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1.  Effect of Low Concentrations of Apomorphine on Parkinsonism in a Randomized, Placebo-Controlled, Crossover Study 
Archives of Neurology  2008;65(2):193-198.
Objective
To determine whether low concentrations of a dopamine agonist worsen parkinsonism, which would suggest that activation of presynaptic dopamine autoreceptors causes a super-off state.
Design
Randomized, double-blind, placebo-controlled, crossover clinical trial.
Setting
Academic movement disorders center.
Patients
Patients with Parkinson disease and motor fluctuations.
Intervention
Fourteen patients with Parkinson disease and motor fluctuations were randomized to receive 1 of 6 possible sequences of placebo, low-dose (sub-threshold) apomorphine hydrochloride, and high-dose (threshold to suprathreshold) apomorphine hydrochloride infusions. Subthreshold doses of apomorphine hydrochloride (12.5 μg/kg/h every 2 hours and 25 μg/kg/h every 2 hours), threshold to suprathreshold doses of apomorphine hydrochloride (50 μg/kg/h every 2 hours and 100 μg/kg/h every 2 hours), and placebo were infused for 4 hours daily for 3 consecutive days.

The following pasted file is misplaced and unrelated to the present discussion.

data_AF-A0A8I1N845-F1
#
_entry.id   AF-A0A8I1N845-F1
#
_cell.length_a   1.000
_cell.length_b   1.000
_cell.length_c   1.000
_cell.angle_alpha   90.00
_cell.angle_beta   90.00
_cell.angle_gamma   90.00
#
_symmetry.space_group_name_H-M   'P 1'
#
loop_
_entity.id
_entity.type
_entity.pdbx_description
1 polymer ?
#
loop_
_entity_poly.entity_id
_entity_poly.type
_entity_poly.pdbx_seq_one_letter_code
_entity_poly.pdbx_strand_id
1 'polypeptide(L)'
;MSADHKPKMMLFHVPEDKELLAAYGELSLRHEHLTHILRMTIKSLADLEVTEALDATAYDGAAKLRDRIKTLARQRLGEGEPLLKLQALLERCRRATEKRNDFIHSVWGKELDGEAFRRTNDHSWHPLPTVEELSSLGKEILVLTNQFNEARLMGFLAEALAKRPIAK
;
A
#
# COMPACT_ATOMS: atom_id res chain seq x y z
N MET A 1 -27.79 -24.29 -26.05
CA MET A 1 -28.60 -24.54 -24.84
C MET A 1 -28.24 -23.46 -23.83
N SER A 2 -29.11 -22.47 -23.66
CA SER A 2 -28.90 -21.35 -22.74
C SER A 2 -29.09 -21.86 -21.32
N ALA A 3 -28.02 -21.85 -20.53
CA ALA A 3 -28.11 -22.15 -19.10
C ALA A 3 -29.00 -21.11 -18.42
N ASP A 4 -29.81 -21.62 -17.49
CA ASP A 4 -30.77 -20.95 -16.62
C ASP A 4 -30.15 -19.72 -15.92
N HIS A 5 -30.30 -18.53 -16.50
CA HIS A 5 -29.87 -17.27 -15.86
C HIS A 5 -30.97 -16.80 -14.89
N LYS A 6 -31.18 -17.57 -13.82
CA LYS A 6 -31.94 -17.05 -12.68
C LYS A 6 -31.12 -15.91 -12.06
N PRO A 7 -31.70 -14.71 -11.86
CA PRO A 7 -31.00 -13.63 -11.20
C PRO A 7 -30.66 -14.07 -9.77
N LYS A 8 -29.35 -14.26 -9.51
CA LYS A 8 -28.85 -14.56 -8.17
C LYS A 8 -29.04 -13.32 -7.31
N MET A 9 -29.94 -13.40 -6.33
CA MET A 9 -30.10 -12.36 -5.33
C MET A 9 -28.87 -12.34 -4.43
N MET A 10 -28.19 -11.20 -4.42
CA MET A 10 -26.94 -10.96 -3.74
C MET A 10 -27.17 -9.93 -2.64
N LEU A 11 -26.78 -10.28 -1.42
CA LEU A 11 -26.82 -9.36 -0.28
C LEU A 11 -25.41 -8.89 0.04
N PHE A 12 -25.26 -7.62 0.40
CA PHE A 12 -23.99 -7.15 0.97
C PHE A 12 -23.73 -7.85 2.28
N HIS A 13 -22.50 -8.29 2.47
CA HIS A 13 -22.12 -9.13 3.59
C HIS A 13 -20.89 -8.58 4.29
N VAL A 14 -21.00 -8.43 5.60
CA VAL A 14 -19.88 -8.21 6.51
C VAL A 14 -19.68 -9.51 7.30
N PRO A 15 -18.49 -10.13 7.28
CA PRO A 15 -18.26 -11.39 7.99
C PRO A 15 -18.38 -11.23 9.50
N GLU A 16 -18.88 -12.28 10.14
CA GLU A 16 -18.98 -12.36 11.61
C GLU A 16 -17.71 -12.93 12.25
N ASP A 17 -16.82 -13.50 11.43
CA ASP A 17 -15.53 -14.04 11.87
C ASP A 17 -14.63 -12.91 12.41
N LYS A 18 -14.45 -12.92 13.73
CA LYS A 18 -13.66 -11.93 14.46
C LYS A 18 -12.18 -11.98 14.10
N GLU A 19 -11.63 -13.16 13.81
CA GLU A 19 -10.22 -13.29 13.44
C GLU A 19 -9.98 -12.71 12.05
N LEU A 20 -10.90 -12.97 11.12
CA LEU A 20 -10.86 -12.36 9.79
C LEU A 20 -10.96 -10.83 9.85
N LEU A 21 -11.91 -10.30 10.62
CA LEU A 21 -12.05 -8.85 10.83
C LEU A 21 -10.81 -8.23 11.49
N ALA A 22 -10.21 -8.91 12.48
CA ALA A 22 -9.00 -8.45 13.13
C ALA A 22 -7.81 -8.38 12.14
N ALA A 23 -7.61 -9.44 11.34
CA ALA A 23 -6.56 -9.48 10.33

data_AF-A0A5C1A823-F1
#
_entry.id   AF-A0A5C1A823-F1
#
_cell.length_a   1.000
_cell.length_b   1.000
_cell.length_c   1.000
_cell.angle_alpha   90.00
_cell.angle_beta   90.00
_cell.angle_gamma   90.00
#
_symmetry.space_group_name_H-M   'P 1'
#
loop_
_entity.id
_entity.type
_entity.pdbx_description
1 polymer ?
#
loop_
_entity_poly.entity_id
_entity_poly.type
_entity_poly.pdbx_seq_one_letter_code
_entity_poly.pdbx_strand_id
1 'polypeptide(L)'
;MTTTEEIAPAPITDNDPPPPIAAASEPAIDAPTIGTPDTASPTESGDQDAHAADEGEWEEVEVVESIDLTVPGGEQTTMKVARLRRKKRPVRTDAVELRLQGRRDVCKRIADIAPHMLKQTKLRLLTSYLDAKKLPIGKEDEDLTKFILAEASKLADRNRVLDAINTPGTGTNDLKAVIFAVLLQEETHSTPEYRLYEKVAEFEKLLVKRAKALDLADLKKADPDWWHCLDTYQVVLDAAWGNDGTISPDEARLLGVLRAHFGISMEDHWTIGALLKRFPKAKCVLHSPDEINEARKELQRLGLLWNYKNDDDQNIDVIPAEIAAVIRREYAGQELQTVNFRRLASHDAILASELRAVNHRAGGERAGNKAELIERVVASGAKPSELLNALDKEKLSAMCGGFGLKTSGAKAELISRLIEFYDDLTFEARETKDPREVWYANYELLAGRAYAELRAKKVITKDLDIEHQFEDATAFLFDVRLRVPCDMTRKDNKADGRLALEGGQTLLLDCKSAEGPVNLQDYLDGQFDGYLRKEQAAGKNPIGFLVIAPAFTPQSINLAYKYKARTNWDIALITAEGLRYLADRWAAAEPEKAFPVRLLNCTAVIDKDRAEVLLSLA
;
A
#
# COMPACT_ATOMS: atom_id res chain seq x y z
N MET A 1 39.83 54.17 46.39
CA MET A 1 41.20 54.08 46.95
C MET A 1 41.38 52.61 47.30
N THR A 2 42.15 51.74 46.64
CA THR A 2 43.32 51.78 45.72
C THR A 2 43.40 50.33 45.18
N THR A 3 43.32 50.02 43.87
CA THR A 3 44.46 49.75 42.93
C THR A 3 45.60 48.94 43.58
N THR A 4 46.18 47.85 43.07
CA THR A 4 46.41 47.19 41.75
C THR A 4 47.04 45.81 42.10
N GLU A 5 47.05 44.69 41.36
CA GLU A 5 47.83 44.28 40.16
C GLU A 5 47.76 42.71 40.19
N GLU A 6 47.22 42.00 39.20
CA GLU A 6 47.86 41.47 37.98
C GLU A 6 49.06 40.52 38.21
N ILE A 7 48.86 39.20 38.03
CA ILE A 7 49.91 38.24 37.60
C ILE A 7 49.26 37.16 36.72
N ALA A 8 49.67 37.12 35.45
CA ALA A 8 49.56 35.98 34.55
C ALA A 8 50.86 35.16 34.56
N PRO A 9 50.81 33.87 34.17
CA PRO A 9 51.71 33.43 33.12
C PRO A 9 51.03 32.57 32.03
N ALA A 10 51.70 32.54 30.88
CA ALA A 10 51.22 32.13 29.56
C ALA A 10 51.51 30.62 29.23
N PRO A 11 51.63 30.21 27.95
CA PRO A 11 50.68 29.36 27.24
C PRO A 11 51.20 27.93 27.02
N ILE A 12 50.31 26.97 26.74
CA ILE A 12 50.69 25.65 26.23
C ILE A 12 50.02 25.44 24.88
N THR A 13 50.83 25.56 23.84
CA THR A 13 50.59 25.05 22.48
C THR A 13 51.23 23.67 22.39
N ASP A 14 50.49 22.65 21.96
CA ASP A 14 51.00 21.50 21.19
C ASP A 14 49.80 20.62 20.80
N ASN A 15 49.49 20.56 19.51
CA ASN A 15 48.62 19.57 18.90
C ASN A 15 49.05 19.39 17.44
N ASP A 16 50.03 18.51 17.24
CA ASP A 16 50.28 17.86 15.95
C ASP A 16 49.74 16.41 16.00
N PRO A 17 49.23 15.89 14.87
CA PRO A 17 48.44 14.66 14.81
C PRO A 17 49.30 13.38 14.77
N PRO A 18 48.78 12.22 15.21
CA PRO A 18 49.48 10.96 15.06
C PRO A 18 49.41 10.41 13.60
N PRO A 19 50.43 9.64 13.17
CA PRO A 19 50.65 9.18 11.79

Main Outcome Measures
Finger and foot tapping rates.
Results
There was no decline in finger or foot tapping rates during the low-dose apomorphine hydrochloride infusions relative to placebo. The high-dose infusions increased foot tapping (P<.001) and trended toward increasing finger tapping compared with placebo infusions.
Conclusions
Subthreshold concentrations of apomorphine did not worsen parkinsonism, suggesting that pre-synaptic dopamine autoreceptors are not important to the motor response in moderate to advanced Parkinson disease.
doi:10.1001/archneurol.2007.58
PMCID: PMC3390309  PMID: 18268187
2.  Reexamination of Testosterone, Dihydrotestosterone, Estradiol and Estrone Levels across the Menstrual Cycle and in Postmenopausal Women Measured by Liquid Chromatography Tandem Mass Spectrometry 
Steroids  2010;76(1-2):177-182.